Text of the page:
How to Choose the Right Tires for Your Car (Photo: Fred Albert)
by Justin Mastine-Frost
When buying tires, consider not only size, but driving habits and performance requirements
Gone are the days when you could walk into a tire shop, ask for a set of all-season tires, and be presented with one or two options.
Now it seems every manufacturer has an endless array of products to choose from, making shopping for tires surprisingly complicated. We thought it would be a good idea to walk you through what all those little numbers and letters on your tires really mean, and how to know you're getting what you need.
The best place to look for your correct tire size is either in your owner's manual or on your current tires. Tire size is written out in a slightly bizarre format that looks like this:
There will be a few numbers beyond that which I will explain later. Occasionally, you will see either a P or LT in front of the size, which means it's meant for either a passenger car or a light truck.
It's always a good idea to use the tire size specified by the manufacturer of your vehicle. If you use a larger or smaller tire, it might rub on the inside of the car's fenders, cause problems with the car's traction control systems, or mess with the speedometer. (Speed is measured by wheel sensors which make a calculation based on the original manufacturer's tire size.)
Load index and speed rating
The load index and speed rating of your tires can be found in the three digits following tire size, and consist of two numbers and a letter. I won't spend much time on the load index, other than to suggest you stick with the same number or higher. And no, it won't affect your car's handling.
Speed rating is where things get interesting. This letter tells you how fast your tire was engineered to travel. Z-rated tires are capable of traveling over 149 mph, and used to be the fastest. Z-rated tires have a different numbering system, where the letter appears ahead of the R in a tire size (315/40ZR19). Y and W tires now go even faster, but are meant for high-end supercars. Z-rated tires are for performance and have cool tread patterns on them, but unless you plan on driving more than 149 mph on a regular basis, spending that extra money is like wearing Italian dress shoes to a construction site.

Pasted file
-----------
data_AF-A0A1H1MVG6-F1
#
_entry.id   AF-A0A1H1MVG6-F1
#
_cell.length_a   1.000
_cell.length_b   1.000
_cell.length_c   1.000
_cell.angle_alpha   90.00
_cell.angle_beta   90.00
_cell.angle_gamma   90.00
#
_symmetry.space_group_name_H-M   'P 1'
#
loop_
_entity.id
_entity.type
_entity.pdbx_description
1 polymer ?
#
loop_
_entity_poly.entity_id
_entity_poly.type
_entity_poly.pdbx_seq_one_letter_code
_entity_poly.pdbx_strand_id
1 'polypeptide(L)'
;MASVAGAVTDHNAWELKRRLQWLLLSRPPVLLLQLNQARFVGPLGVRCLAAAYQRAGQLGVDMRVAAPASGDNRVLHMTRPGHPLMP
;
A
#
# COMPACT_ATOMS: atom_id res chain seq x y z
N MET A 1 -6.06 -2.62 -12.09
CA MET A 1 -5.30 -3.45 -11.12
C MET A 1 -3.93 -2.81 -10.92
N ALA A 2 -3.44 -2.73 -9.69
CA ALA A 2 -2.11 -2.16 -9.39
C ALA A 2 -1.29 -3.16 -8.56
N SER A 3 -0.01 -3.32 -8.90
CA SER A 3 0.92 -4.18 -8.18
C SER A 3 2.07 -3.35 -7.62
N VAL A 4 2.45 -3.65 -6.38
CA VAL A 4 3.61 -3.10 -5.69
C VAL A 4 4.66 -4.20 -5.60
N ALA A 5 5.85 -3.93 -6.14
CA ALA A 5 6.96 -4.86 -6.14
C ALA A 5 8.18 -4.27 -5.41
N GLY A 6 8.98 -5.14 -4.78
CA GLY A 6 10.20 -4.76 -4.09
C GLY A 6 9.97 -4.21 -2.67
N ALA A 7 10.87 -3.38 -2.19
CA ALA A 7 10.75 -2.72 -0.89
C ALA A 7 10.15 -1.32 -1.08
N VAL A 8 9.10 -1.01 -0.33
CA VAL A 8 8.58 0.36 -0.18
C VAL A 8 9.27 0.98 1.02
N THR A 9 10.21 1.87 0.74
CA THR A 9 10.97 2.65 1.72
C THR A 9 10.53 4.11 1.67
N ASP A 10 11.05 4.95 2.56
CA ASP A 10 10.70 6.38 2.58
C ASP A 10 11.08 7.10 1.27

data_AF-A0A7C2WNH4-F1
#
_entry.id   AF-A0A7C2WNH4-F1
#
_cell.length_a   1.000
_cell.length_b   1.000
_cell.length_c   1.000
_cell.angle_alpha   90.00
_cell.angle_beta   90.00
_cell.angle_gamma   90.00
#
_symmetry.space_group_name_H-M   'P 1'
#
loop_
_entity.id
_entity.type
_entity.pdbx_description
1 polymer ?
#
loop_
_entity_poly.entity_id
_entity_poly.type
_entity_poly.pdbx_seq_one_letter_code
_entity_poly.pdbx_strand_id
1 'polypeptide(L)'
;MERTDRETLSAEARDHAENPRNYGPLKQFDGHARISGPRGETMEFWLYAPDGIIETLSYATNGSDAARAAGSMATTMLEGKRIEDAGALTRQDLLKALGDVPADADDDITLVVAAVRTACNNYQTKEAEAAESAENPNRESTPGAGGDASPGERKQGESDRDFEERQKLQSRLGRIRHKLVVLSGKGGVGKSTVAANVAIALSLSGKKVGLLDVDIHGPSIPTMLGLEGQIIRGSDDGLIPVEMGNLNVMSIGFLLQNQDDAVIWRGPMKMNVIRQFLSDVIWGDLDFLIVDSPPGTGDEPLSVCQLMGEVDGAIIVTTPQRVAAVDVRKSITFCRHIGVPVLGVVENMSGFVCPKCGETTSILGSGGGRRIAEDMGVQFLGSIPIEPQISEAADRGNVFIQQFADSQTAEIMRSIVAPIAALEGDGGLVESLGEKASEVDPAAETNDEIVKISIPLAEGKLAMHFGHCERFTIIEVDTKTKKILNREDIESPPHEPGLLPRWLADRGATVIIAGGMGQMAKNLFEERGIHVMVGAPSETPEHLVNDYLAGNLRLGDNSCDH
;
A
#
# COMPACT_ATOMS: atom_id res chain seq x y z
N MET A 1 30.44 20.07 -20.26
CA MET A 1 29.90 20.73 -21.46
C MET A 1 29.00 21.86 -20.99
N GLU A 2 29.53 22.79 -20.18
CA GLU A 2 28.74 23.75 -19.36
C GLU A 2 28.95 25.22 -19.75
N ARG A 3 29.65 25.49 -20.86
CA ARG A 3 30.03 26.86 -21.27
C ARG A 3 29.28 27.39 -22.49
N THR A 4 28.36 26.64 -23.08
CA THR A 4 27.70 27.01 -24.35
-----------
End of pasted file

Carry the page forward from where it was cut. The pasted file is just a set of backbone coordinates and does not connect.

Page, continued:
The three Ts: traction, temperature and tread wear
When it comes to tire shopping, these three factors should be your top consideration.
The UTQG, or Uniform Tire Quality Grade, requires manufacturers to display performance ratings on the sidewalls of their tires. Traction rates range from AA to C, and designate the amount of G-forces a tire can sustain in a standardized test. Temperature ratings, from A to C, denote a tire's ability to dissipate heat, and thus perform at higher speeds. Tread wear ratings start at 100 and increase incrementally, indicating how many times a tire would be able to run through a standardized test loop.
Looking at these three ratings, there are a few things to consider
A high tread wear grade (one over 600) is great if you're seeking durability, but will mean that the tire is made from a harder rubber, and will probably be noisier on the road. A traction rating of AA, on the other hand, means the tire will deliver good traction, but it's made from a softer compound, so you'll be replacing it more than a B- or C-rated tire.
There isn't a magic answer to it all.
Consider your driving habits and performance requirements before you go shopping. Once you know your base criteria, finding the right tire for the job will be a breeze.
Justin Mastine-Frost is a factory-trained BMW technician, automotive journalist from Vancouver, B.C., and frequent contributor to The Workbench Life.
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"How to Choose the Right Tires for Your Car"